Sexist Pool Sign Tells Women Not To Swim During Their Periods

You can just ignore this advice, ladies.

A rule posted at a swimming pool in Tbilisi, the capital of the country of Georgia, is getting slammed as sexist after posting a sign telling women not to swim during their periods. 

Sophia Tabatadze, a recent member of the Vake Swimming Pool and Fitness Club, posted a photo of the sign on Facebook on Tuesday.

“Do you even realize how offensive this is?” she wrote, noting that members pay a fee to use the facility. “And, by the way, since according to your rules we are not allowed to use a swimming pool 5-6 days each month, do we get a preferential price compared with men?”

A Vake employee identified only as Natia told Buzzfeed that the policy is related to incidents where staff members have found tampons floating in the water, which means the club has to go through the expensive process of changing the water.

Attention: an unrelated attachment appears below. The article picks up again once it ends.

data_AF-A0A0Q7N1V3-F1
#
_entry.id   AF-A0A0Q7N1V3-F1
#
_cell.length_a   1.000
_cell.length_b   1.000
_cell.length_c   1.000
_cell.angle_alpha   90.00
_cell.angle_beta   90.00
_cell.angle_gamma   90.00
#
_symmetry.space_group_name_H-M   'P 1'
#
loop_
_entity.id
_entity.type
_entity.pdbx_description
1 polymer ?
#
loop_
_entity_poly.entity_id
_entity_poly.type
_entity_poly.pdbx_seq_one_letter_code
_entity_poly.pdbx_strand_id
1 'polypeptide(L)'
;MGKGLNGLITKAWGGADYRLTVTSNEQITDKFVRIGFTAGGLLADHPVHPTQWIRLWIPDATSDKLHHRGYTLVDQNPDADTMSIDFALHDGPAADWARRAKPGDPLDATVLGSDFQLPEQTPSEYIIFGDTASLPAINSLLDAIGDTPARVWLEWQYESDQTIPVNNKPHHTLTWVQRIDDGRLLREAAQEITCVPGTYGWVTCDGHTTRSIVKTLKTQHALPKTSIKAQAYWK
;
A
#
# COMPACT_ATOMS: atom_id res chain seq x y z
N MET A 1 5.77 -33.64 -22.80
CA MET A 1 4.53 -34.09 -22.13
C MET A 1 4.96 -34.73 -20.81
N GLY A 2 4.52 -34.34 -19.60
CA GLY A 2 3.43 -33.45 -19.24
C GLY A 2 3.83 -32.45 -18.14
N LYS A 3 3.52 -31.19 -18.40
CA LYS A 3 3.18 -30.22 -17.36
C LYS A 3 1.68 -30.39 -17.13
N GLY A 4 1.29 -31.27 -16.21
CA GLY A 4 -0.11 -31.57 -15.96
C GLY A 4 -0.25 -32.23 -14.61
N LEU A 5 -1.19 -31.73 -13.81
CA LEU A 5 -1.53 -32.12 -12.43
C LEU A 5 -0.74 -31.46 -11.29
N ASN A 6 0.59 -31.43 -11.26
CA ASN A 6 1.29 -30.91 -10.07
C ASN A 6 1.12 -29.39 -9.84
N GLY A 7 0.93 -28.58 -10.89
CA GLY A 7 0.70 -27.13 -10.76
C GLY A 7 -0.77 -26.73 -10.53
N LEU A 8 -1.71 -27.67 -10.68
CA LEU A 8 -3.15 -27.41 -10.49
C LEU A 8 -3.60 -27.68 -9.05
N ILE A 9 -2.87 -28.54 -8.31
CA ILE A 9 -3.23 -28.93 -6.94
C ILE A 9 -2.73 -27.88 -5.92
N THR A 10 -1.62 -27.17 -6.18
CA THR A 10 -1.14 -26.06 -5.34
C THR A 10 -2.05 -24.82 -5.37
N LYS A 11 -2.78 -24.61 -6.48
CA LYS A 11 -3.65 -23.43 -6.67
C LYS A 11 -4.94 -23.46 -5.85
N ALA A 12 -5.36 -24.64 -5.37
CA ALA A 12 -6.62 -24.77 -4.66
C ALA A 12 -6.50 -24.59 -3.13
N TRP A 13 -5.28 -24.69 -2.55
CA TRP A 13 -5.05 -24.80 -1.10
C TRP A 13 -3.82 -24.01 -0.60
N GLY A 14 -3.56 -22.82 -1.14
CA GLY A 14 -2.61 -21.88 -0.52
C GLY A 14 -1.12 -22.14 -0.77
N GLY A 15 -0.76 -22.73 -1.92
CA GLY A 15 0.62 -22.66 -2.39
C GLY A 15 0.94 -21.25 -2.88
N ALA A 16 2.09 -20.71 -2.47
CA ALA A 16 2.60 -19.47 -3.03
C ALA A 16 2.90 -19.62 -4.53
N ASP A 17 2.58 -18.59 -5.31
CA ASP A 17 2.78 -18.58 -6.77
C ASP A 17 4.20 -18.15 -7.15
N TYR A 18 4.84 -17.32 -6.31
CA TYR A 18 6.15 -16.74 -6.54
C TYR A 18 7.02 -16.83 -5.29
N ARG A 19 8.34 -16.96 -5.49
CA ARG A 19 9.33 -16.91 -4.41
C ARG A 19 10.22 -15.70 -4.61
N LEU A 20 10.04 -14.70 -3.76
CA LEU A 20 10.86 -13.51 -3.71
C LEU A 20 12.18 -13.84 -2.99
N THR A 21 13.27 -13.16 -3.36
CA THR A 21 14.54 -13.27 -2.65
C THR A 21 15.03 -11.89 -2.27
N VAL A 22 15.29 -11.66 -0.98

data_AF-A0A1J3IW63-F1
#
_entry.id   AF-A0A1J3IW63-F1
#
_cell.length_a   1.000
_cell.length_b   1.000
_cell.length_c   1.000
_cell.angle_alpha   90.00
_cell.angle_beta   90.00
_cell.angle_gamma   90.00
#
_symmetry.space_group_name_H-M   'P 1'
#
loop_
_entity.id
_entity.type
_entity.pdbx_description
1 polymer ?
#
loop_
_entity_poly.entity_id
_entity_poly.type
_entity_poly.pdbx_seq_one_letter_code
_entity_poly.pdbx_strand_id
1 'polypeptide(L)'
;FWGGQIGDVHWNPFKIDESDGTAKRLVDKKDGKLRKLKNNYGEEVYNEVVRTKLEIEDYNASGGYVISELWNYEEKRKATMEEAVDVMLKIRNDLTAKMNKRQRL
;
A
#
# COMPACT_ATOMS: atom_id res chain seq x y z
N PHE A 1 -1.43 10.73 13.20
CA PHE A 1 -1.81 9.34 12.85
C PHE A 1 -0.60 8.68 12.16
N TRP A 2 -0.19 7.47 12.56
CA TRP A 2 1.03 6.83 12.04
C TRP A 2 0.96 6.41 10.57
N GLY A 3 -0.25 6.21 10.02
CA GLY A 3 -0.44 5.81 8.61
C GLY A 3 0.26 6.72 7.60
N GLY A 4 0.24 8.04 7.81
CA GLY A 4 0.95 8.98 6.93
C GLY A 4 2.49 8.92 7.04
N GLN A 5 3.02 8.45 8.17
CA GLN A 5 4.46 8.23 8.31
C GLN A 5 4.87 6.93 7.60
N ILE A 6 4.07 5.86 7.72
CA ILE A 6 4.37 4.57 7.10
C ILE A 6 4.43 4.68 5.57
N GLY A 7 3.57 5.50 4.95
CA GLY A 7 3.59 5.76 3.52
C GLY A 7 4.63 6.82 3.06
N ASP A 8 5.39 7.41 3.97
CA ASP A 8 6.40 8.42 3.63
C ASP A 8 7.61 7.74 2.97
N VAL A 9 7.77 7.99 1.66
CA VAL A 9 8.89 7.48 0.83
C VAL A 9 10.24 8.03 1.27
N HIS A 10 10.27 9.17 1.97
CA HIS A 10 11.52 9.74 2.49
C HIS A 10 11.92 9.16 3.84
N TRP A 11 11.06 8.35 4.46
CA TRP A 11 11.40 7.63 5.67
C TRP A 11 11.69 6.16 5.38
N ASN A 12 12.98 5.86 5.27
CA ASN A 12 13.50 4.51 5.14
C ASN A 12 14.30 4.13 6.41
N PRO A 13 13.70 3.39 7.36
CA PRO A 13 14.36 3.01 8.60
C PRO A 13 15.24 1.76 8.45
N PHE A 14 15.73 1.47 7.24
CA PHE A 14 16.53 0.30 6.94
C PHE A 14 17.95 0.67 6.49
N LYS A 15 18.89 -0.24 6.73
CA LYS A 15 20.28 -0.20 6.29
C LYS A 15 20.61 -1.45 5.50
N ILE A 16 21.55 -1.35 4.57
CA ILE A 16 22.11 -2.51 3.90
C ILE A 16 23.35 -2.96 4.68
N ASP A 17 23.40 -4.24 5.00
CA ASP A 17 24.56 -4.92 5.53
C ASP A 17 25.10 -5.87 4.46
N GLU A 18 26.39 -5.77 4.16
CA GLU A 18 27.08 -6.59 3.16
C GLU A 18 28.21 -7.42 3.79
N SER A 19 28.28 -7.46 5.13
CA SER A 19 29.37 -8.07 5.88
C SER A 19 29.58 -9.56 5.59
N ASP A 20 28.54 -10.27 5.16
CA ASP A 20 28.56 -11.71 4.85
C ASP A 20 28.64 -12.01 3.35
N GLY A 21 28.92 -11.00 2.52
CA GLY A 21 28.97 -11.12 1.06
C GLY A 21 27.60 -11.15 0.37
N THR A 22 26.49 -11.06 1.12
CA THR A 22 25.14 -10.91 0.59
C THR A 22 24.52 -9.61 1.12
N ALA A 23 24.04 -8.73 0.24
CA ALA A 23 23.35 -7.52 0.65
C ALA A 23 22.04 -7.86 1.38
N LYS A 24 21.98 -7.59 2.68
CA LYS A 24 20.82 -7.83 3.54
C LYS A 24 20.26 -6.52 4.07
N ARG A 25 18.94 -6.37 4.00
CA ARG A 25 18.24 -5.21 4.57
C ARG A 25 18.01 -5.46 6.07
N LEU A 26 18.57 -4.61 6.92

But if a woman is correctly using a tampon or menstrual cup (not a pad), swimming while menstruating is completely safe for her and other people in the water. (And no, there’s no real evidence that a menstruating woman swimming in the ocean will attract sharks.)

And while it’s unlikely that blood will leak into the water, the CDC notes that “properly chlorinated pool water” will kill germs the blood may contain.

Not all media covering the issue has gotten the memo, though. ITV News covered the story Thursday in an article including a poll on the matter as if whether the swim ban is appropriate was still up for debate. Twitter user Felicity Morse shared a screenshot on Thursday, though it appears the poll has since been removed. 

While being told not to go to the pool for a few days a month isn’t the world’s biggest human rights crisis, it’s tied to the serious stigma around periods experienced by women around the world. Many menstruating women and girls in Nepal are banned from doing everyday activities or even banished from their homes. And in the United States, girls who can’t afford pads or tampons have been documented missing school — even when school nurses’ office will provide those products for free — because the process of asking for them can feel so stigmatizing.



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